The recent brouhaha over national monuments is certainly creating a lot of attention and a lot more confusion. So much so, that national BLM director, Bob Abbey, recently accepted an invitation to come to Malta next month to help explain the situation.

The flare-up centers on a brainstorming memo made public by the Department of Interior two weeks ago which, among other things, discussed possible new national monuments locations. On the list was one area in the northeastern prairie lands of Montana. Although some have been using the memo to fan the flames of fear, I think most Montanans can see above the spin.

To help, I've noticed a few myths popping up in the papers that need to be busted.

Myth 1: Imminent land grab:

The fact that the BLM went through a conservation assessment of its lands does not translate to likely action. Instead those who stand to benefit politically have ginned up a false and scary scenario where farmers, ranchers and others will be kicked off the prairie. To quote the Shakespeare play, this is "Much Ado about Nothing."

Myth 2: Monuments bypass the public:

In the memo itself and in numerous press stories, the BLM has clearly stated that any monument designation would come only after extensive public vetting. We should remember that this is the same administration that has embarked on an unprecedented listening tour this summer - the "America's Great Outdoors" Initiative - to engage Americans about conservation for the next century.

Finally, it is worth remembering that the 2001 designation of Montana's Upper Missouri Breaks National Monument followed an extensive public involvement process, from initial recommendations from Montanans, to a public hearing with the Secretary of Interior in Great Falls, to meetings with the delegation and even formation of a local group focused specifically on this landscape and its designation.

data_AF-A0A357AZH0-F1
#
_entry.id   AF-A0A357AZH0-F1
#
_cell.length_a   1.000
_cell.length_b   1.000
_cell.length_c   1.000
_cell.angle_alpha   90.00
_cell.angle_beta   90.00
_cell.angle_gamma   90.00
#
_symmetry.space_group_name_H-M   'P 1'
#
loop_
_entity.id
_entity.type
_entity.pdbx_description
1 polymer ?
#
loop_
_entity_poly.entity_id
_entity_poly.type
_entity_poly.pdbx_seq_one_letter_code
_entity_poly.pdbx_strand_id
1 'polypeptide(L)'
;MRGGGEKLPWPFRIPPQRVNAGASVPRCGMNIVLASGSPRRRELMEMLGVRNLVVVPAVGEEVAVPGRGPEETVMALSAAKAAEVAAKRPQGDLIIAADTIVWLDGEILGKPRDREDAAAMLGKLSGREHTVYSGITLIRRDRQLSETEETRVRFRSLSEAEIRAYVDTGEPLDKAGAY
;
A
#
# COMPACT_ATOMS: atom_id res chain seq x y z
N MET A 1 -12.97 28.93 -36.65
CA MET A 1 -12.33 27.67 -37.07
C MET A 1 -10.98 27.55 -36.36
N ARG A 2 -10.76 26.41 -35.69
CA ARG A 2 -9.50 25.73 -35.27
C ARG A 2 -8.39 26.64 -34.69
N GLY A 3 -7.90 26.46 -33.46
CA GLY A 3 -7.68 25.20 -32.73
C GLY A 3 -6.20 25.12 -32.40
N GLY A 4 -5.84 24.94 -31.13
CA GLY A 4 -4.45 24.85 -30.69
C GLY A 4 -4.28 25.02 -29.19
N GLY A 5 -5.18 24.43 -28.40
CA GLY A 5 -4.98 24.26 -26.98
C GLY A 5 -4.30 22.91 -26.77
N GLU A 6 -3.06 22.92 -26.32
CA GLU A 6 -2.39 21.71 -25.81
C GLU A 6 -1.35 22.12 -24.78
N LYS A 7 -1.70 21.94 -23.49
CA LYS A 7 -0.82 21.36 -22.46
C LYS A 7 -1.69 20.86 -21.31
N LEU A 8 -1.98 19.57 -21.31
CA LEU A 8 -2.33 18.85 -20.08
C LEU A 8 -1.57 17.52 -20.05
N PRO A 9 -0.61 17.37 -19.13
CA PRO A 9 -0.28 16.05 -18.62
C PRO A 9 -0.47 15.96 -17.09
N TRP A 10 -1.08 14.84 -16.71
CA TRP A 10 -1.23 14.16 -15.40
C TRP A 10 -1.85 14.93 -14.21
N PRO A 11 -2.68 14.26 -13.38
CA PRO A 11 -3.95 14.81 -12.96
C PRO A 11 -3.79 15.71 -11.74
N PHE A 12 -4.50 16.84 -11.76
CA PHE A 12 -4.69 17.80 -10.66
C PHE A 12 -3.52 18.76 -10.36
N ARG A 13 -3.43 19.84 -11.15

Myth 3: Private property and livelihoods at risk:

Monuments are about public land only and do not involve seizing any private land. This has never happened and is not going to happen. Again, look at our Missouri Breaks Monument. While it includes 120,000 acres of private lands within its boundary, the BLM has not once forced any sale of inholdings, closed any access roads, or even significantly altered livestock grazing levels for local ranchers.

Myth 4: Monuments are undemocratic:

Presidents don't just wake up one day and decide to create a monument. Instead they are responding to a long history of vocal support for the area and a clear threat to the land. Congressional action is the preferred and most used path for land designation in this country, but, as we all know, "Congressional action" can seem almost glacial paced.

Furthermore, if our elected representatives are going to push for bottom-up, collaborative approaches that go through the halls of Congress, then they need to reward those that embark on this approach. That translates to full support for legislative proposals- whether it is Sen. Tester's Forest Jobs and Recreation Act or the Rocky Mountain Front Heritage Act proposal which is still awaiting sponsorship by any member of our delegation.

Myth 5: Only Democrats create monuments.

Republicans have a long and proud history of using the Antiquities Act, whether it be the very first monument designation by Theodore Roosevelt (Devil's Tower) or the most recent and largest ever monument by George W Bush (Pacific Islands Marine Monument). Republican presidents Coolidge, Roosevelt, Taft and Harding all designated monuments in places as diverse as the Grand Canyon, Muir Woods, Colorado National Monument, and Craters of the Moon.

In all the hype, we should not lose sight of two facts: 1) some of these sensitive Montana grasslands identified by the BLM memo do represent the "best of the last" for native prairie and may deserve some higher level of protection someday; 2) As we figure out how best to achieve this in Montana, informed, inclusive public discussions beats out fear-mongering any day of the week. I have hope Montanans can rise above the fear-based spin and engage in such a dialogue.

Peter Aengst is the acting Northern Rockies regional director for The Wilderness Society. He can be reached at


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